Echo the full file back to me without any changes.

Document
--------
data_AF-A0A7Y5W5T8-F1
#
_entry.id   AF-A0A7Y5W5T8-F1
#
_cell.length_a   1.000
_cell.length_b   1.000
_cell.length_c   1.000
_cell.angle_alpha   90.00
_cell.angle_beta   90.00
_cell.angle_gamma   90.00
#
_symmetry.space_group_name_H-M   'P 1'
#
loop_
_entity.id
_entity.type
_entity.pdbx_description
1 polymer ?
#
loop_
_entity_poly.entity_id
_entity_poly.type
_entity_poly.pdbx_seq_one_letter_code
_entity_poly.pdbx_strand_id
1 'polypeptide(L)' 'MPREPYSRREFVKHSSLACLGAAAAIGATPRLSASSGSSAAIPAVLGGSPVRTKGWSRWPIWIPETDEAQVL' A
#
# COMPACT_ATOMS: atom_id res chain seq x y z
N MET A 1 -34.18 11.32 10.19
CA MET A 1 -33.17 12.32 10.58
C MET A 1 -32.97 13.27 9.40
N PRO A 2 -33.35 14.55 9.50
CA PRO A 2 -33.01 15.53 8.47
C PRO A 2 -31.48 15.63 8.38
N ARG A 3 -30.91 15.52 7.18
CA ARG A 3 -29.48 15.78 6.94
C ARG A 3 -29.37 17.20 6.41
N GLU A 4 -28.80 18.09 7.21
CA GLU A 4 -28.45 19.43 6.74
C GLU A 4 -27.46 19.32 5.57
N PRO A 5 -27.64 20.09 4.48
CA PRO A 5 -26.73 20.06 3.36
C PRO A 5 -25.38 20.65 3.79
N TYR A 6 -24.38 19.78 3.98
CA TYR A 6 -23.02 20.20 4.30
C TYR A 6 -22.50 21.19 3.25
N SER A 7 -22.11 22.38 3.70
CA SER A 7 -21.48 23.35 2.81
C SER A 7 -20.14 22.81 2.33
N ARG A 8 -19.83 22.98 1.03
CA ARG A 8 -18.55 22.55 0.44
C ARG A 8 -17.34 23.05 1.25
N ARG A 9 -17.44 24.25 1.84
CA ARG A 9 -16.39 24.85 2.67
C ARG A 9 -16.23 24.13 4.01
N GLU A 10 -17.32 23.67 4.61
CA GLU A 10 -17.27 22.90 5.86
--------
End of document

data_AF-A0A7Y5W5T8-F1
#
_entry.id   AF-A0A7Y5W5T8-F1
#
_cell.length_a   1.000
_cell.length_b   1.000
_cell.length_c   1.000
_cell.angle_alpha   90.00
_cell.angle_beta   90.00
_cell.angle_gamma   90.00
#
_symmetry.space_group_name_H-M   'P 1'
#
loop_
_entity.id
_entity.type
_entity.pdbx_description
1 polymer ?
#
loop_
_entity_poly.entity_id
_entity_poly.type
_entity_poly.pdbx_seq_one_letter_code
_entity_poly.pdbx_strand_id
1 'polypeptide(L)' 'MPREPYSRREFVKHSSLACLGAAAAIGATPRLSASSGSSAAIPAVLGGSPVRTKGWSRWPIWIPETDEAQVL' A
#
# COMPACT_ATOMS: atom_id res chain seq x y z
N MET A 1 -34.18 11.32 10.19
CA MET A 1 -33.17 12.32 10.58
C MET A 1 -32.97 13.27 9.40
N PRO A 2 -33.35 14.55 9.50
CA PRO A 2 -33.01 15.53 8.47
C PRO A 2 -31.48 15.63 8.38
N ARG A 3 -30.91 15.52 7.18
CA ARG A 3 -29.48 15.78 6.94
C ARG A 3 -29.37 17.20 6.41
N GLU A 4 -28.80 18.09 7.21
CA GLU A 4 -28.45 19.43 6.74
C GLU A 4 -27.46 19.32 5.57
N PRO A 5 -27.64 20.09 4.48
CA PRO A 5 -26.73 20.06 3.36
C PRO A 5 -25.38 20.65 3.79
N TYR A 6 -24.38 19.78 3.98
CA TYR A 6 -23.02 20.20 4.30
C TYR A 6 -22.50 21.19 3.25
N SER A 7 -22.11 22.38 3.70
CA SER A 7 -21.48 23.35 2.81
C SER A 7 -20.14 22.81 2.33
N ARG A 8 -19.83 22.98 1.03
CA ARG A 8 -18.55 22.55 0.44
C ARG A 8 -17.34 23.05 1.25
N ARG A 9 -17.44 24.25 1.84
CA ARG A 9 -16.39 24.85 2.67
C ARG A 9 -16.23 24.13 4.01
N GLU A 10 -17.32 23.67 4.61
CA GLU A 10 -17.27 22.90 5.86